Grigori Ivanovich Shelekhov
Shelekhov, Grigori Ivanovich (grĭgôˈrē ēväˈnəvĭch shĕˈlyĭkhəf) [key], 1747–95, Russian fur trader in North America, b. Rylsk, Ukraine. He had built up a large fur business in Siberia when profitable trading ventures in the Aleutian Islands led to his resolve to open a new fur-trading area. In 1783–84 he led a company to Kodiak Island and at Three Saints Bay founded the first permanent European settlement in Alaska. From there the mainland was explored, and other fur-trade centers were established. In 1786, Shelekhov set out for Russia, unsuccessfully seeking a grant to his company of monopoly of the fur trade. To manage his interests in Alaska he dispatched (1790) Aleksandr Baranov, who later dominated affairs there. Shelekhov's company was the nucleus for the Russian American Company, which was formed several years after his death. His Journal of the Voyages … to the Coast of America in 1783–87 was published in London in 1795. The Shelikov Gulf is named for him.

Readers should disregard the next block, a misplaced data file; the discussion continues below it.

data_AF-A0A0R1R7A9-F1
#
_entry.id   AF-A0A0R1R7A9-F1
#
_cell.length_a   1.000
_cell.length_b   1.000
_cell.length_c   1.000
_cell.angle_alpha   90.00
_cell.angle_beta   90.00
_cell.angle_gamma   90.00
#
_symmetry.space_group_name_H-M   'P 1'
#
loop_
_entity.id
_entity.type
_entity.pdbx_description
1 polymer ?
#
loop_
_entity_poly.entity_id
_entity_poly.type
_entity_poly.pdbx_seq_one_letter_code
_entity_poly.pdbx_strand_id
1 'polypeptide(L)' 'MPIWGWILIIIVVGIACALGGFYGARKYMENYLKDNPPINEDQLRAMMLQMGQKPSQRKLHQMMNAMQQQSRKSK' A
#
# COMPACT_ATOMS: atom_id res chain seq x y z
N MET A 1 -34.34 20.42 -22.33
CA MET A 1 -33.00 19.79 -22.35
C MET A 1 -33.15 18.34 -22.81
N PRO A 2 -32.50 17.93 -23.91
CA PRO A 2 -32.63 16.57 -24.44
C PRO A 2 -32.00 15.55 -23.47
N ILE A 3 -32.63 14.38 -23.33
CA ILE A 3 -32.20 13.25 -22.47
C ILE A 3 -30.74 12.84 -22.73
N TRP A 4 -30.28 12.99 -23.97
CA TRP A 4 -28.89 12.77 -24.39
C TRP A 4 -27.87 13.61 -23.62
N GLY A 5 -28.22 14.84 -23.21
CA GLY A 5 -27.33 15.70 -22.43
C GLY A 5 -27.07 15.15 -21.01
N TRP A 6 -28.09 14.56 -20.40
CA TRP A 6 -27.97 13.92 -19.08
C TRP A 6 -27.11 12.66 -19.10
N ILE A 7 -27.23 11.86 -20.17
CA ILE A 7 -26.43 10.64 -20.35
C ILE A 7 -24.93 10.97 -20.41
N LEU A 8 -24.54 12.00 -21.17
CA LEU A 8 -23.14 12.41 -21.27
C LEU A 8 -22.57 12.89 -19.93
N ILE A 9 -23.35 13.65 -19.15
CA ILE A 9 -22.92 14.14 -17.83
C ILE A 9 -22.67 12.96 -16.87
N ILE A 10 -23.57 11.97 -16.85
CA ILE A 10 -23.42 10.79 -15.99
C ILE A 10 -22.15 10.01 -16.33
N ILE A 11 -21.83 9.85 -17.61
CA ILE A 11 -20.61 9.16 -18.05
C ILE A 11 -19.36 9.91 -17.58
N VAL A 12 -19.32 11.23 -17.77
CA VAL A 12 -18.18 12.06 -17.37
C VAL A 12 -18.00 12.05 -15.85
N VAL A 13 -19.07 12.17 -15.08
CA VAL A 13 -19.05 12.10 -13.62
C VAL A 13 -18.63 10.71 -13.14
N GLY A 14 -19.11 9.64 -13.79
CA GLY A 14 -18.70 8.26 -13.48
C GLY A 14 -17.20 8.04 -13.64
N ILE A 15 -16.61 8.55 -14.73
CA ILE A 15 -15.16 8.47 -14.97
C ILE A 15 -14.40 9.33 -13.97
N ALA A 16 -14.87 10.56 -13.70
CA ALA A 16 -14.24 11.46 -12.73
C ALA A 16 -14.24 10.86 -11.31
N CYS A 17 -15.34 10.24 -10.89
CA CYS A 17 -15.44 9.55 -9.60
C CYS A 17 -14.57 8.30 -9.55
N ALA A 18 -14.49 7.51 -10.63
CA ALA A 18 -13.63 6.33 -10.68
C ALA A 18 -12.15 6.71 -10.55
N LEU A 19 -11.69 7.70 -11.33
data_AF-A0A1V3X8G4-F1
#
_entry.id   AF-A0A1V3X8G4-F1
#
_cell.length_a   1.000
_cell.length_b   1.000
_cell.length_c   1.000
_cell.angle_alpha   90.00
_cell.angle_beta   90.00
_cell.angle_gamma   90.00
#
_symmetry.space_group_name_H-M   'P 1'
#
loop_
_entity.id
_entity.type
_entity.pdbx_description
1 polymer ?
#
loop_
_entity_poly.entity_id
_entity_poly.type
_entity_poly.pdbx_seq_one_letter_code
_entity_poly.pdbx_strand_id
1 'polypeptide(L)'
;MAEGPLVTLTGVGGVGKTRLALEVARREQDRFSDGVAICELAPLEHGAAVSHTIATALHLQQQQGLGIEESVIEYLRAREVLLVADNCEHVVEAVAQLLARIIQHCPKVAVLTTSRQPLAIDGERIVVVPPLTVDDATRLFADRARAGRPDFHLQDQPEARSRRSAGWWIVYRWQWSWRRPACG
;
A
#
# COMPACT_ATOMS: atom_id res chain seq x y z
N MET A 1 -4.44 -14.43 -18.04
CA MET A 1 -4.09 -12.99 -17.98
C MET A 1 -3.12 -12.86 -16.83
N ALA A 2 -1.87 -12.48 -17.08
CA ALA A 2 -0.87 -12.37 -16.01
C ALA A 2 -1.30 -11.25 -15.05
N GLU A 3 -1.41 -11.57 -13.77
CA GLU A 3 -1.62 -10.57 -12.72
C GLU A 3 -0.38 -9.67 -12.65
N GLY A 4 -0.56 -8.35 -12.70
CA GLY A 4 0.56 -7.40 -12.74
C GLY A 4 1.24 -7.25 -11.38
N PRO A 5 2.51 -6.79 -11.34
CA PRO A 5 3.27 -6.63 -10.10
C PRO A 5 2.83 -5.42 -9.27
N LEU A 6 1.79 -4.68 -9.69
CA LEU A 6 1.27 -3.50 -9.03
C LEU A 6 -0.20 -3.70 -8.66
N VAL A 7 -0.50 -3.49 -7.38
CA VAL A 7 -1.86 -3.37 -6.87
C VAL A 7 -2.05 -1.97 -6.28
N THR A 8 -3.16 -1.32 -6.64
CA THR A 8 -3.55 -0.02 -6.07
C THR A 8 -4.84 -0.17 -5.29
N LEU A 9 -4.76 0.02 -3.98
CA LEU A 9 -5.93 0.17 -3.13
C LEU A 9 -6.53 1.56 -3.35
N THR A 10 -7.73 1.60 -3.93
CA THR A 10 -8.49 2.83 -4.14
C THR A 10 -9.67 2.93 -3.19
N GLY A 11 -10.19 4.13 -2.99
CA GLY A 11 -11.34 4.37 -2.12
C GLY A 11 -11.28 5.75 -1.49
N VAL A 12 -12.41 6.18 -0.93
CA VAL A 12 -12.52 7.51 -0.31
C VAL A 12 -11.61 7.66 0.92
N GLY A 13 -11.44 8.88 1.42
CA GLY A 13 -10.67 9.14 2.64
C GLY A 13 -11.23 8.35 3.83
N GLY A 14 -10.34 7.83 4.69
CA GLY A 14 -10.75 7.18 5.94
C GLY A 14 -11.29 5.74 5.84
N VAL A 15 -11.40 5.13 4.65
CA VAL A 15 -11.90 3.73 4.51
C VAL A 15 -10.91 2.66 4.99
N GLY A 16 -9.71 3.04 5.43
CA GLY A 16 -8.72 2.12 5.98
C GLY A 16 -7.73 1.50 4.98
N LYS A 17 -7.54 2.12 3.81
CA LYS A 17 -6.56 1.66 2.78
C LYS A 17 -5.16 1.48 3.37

The Columbia Electronic Encyclopedia, 6th ed. Copyright © 2012, Columbia University Press. All rights reserved.